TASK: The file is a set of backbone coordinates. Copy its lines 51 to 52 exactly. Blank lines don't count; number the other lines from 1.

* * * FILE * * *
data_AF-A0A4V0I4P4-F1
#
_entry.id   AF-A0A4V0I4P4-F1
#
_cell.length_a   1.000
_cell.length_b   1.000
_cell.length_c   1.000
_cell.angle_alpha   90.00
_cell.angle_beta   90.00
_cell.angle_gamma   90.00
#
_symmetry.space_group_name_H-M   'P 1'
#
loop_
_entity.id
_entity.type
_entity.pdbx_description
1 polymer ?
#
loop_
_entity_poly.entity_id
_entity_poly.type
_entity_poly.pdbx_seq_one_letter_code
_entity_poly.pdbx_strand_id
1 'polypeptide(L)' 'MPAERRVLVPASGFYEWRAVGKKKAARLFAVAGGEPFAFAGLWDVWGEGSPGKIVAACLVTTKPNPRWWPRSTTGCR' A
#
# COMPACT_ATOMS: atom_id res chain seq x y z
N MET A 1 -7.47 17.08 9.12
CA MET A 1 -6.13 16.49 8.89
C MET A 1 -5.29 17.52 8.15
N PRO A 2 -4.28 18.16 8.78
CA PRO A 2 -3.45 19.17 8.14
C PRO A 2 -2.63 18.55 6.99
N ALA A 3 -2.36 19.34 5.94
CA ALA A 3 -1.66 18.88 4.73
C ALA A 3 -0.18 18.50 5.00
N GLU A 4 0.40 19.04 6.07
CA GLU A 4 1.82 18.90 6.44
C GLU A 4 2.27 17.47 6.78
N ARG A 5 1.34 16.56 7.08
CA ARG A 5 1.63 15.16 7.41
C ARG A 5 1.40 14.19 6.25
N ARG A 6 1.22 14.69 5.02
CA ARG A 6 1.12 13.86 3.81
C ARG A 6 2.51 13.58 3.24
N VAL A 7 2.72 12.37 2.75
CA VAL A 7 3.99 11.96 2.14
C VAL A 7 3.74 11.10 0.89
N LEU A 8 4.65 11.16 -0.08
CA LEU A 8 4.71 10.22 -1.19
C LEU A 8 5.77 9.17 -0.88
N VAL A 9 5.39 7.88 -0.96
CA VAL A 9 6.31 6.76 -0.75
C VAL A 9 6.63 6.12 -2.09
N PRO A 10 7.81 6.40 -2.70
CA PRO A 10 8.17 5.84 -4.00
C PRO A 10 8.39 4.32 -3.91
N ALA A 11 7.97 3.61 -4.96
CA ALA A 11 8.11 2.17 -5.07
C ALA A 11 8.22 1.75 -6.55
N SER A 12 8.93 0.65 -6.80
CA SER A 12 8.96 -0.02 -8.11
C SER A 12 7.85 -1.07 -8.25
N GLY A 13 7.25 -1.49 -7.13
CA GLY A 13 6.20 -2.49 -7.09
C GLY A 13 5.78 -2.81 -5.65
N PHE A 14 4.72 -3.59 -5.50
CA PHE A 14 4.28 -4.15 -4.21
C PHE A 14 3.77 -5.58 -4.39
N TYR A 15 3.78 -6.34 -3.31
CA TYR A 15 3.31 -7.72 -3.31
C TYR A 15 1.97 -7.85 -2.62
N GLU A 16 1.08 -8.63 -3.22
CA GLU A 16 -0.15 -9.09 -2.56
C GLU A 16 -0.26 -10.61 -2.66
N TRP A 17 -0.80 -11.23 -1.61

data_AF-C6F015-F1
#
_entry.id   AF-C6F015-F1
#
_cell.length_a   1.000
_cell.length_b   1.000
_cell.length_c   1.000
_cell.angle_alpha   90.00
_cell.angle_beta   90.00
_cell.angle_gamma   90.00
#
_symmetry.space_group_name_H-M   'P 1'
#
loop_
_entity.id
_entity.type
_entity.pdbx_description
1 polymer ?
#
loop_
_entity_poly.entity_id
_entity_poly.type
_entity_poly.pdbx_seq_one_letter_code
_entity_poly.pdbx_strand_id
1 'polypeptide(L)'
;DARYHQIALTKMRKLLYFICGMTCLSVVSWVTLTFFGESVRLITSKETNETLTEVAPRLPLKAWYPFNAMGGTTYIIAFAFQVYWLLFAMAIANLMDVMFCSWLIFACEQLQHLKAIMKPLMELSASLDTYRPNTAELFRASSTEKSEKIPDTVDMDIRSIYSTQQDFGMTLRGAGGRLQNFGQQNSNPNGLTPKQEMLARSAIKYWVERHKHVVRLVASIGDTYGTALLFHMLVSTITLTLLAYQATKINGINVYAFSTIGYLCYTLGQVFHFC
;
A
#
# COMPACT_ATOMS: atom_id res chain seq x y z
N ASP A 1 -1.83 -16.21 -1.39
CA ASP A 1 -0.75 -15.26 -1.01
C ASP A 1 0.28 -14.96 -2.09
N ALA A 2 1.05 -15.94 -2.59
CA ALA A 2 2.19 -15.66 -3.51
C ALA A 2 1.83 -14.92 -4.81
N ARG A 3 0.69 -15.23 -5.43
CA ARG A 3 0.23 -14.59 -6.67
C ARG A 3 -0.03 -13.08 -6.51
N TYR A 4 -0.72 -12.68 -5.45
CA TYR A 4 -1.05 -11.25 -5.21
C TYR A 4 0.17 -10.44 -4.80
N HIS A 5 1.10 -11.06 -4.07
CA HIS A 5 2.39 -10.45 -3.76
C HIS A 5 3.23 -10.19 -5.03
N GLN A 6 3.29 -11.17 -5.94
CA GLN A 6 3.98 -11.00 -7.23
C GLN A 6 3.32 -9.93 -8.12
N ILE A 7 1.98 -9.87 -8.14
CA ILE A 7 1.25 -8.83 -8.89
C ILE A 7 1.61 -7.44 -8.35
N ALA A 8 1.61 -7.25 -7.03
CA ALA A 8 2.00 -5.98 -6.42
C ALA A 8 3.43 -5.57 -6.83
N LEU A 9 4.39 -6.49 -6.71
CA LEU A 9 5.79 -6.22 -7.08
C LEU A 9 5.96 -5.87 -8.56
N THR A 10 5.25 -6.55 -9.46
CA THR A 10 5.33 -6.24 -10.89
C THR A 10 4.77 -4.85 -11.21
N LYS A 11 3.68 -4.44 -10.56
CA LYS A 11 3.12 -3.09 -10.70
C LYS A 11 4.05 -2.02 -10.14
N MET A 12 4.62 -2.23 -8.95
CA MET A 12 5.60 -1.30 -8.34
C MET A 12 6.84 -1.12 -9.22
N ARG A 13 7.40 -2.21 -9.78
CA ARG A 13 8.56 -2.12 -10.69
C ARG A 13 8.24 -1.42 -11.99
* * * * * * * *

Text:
C LEU A 8 5.77 9.17 -0.88
N VAL A 9 5.39 7.88 -0.96